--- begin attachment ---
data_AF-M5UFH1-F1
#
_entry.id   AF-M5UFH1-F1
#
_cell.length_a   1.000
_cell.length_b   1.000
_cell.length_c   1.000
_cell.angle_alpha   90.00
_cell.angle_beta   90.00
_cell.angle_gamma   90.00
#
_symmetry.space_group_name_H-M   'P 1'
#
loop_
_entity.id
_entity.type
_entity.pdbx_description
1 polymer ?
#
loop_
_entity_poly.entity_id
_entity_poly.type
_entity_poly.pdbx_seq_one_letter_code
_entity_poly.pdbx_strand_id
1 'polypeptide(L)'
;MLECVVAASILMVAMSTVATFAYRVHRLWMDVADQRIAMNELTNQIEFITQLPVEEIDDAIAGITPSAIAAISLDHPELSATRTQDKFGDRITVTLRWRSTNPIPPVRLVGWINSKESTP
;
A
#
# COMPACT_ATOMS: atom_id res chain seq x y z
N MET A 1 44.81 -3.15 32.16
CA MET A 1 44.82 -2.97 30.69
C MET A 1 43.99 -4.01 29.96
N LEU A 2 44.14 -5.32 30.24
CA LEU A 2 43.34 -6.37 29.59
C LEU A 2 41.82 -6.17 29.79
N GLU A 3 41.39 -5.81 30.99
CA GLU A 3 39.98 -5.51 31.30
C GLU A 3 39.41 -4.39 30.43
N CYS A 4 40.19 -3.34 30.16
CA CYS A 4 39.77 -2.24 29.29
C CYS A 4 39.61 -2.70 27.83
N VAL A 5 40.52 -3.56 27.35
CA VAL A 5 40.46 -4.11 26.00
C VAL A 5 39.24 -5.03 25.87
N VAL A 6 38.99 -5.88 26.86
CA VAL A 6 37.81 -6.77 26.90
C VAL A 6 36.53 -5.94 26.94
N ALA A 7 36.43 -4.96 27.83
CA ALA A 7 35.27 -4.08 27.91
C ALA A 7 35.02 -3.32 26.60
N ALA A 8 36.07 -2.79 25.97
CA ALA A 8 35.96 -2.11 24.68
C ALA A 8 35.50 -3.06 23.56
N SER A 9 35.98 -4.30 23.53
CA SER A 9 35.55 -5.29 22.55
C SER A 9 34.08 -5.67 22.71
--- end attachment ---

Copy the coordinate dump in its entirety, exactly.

data_AF-M5UFH1-F1
#
_entry.id   AF-M5UFH1-F1
#
_cell.length_a   1.000
_cell.length_b   1.000
_cell.length_c   1.000
_cell.angle_alpha   90.00
_cell.angle_beta   90.00
_cell.angle_gamma   90.00
#
_symmetry.space_group_name_H-M   'P 1'
#
loop_
_entity.id
_entity.type
_entity.pdbx_description
1 polymer ?
#
loop_
_entity_poly.entity_id
_entity_poly.type
_entity_poly.pdbx_seq_one_letter_code
_entity_poly.pdbx_strand_id
1 'polypeptide(L)'
;MLECVVAASILMVAMSTVATFAYRVHRLWMDVADQRIAMNELTNQIEFITQLPVEEIDDAIAGITPSAIAAISLDHPELSATRTQDKFGDRITVTLRWRSTNPIPPVRLVGWINSKESTP
;
A
#
# COMPACT_ATOMS: atom_id res chain seq x y z
N MET A 1 44.81 -3.15 32.16
CA MET A 1 44.82 -2.97 30.69
C MET A 1 43.99 -4.01 29.96
N LEU A 2 44.14 -5.32 30.24
CA LEU A 2 43.34 -6.37 29.59
C LEU A 2 41.82 -6.17 29.79
N GLU A 3 41.39 -5.81 30.99
CA GLU A 3 39.98 -5.51 31.30
C GLU A 3 39.41 -4.39 30.43
N CYS A 4 40.19 -3.34 30.16
CA CYS A 4 39.77 -2.24 29.29
C CYS A 4 39.61 -2.70 27.83
N VAL A 5 40.52 -3.56 27.35
CA VAL A 5 40.46 -4.11 26.00
C VAL A 5 39.24 -5.03 25.87
N VAL A 6 38.99 -5.88 26.86
CA VAL A 6 37.81 -6.77 26.90
C VAL A 6 36.53 -5.94 26.94
N ALA A 7 36.43 -4.96 27.83
CA ALA A 7 35.27 -4.08 27.91
C ALA A 7 35.02 -3.32 26.60
N ALA A 8 36.07 -2.79 25.97
CA ALA A 8 35.96 -2.11 24.68
C ALA A 8 35.50 -3.06 23.56
N SER A 9 35.98 -4.30 23.53
CA SER A 9 35.55 -5.29 22.55
C SER A 9 34.08 -5.67 22.71